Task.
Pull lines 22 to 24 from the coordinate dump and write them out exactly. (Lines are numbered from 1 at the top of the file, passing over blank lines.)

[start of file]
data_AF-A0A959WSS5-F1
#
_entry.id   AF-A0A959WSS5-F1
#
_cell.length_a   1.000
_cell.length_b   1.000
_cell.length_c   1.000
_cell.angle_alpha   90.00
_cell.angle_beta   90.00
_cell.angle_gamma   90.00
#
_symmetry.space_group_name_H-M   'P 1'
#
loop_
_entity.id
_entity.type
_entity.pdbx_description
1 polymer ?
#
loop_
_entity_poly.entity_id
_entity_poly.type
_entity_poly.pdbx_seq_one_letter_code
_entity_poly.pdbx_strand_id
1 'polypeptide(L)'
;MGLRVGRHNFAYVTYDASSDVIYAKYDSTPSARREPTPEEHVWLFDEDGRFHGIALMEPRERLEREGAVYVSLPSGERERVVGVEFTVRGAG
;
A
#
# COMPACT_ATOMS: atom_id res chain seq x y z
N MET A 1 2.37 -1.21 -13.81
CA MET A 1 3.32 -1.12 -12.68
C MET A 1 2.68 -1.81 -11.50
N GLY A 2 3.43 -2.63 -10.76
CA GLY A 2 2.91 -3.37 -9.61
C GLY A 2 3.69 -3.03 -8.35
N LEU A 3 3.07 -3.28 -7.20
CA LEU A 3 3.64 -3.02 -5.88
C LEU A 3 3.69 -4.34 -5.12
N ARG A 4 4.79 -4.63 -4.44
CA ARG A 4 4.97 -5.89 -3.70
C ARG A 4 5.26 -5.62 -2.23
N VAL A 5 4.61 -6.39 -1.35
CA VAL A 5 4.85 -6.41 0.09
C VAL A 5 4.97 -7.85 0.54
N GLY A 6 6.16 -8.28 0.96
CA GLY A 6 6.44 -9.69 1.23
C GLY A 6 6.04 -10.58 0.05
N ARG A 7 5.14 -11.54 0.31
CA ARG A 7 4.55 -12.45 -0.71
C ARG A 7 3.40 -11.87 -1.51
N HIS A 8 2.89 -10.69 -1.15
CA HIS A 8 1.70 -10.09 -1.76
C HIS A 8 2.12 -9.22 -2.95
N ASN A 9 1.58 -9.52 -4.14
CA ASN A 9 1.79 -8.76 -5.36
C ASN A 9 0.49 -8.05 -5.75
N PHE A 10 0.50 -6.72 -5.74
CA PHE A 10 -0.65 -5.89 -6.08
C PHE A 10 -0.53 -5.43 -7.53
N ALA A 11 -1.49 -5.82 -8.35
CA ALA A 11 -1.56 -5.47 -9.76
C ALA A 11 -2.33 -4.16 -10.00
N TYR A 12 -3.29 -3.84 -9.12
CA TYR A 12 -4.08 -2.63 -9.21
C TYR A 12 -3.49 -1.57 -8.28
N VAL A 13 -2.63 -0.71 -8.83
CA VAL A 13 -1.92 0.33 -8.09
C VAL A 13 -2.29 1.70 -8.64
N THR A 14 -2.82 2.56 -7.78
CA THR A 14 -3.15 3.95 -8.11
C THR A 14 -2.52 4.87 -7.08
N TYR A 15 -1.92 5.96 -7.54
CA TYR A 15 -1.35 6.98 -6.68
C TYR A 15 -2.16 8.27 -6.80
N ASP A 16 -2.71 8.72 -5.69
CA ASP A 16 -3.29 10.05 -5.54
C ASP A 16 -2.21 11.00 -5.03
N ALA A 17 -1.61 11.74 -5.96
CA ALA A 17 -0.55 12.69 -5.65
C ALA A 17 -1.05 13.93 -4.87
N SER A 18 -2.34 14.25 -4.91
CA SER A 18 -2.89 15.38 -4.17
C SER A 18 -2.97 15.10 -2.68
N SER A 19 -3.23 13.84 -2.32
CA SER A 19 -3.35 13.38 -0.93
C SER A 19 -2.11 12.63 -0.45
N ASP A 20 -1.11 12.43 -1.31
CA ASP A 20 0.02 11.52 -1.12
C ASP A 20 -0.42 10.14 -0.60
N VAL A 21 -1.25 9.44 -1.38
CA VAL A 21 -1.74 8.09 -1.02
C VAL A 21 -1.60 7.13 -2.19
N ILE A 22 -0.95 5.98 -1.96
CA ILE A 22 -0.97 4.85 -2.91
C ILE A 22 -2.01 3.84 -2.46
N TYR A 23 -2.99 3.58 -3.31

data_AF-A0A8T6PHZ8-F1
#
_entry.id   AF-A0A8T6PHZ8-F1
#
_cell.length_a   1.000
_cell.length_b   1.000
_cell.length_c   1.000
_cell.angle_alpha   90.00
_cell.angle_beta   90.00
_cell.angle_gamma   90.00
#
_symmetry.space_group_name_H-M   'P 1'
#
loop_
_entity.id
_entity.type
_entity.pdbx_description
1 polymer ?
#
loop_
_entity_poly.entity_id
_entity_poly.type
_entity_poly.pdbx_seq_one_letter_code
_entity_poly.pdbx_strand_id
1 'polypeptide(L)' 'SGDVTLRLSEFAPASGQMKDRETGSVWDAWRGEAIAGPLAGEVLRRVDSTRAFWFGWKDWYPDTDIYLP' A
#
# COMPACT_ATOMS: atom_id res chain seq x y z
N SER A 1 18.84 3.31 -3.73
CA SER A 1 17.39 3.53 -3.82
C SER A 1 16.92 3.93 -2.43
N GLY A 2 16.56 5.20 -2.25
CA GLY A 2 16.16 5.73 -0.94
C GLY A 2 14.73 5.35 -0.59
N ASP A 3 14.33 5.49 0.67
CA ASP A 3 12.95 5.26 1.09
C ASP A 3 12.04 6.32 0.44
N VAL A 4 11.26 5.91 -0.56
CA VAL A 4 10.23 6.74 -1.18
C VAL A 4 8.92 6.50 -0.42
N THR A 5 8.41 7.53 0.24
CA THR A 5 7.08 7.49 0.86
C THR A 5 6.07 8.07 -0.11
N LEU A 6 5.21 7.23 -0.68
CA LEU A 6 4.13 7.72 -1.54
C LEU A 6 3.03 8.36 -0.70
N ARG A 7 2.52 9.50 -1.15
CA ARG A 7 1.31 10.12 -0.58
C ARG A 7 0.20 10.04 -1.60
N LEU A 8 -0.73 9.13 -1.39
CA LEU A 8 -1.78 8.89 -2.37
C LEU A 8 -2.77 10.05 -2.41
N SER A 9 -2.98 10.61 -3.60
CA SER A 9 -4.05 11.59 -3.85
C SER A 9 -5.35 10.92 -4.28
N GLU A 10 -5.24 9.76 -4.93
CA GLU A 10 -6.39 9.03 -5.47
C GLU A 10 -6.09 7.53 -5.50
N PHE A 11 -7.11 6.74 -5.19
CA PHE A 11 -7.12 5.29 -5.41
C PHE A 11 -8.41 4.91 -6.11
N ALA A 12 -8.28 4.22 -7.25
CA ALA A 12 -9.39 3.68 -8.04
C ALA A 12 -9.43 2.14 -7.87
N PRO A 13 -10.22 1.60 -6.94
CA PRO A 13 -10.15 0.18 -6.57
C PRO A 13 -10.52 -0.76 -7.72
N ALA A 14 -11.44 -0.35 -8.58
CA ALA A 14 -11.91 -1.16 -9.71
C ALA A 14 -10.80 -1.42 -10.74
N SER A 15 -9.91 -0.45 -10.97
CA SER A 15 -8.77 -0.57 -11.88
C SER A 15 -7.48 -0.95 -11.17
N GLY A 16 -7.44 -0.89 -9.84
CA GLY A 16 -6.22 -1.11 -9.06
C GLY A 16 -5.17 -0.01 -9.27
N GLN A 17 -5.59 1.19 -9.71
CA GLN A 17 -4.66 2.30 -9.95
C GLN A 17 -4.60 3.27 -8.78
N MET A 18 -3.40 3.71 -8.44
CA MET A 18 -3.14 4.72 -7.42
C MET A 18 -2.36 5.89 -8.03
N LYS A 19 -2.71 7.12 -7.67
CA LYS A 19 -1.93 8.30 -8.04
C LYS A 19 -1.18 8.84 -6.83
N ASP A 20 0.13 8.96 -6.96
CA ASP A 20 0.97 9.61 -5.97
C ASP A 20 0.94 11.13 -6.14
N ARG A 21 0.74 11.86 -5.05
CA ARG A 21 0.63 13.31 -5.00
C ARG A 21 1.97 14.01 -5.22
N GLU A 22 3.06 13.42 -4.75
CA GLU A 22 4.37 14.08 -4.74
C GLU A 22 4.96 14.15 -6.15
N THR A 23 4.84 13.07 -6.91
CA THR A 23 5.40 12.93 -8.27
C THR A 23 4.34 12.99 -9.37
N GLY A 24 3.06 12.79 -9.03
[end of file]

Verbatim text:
_entity_poly.type
_entity_poly.pdbx_seq_one_letter_code
_entity_poly.pdbx_strand_id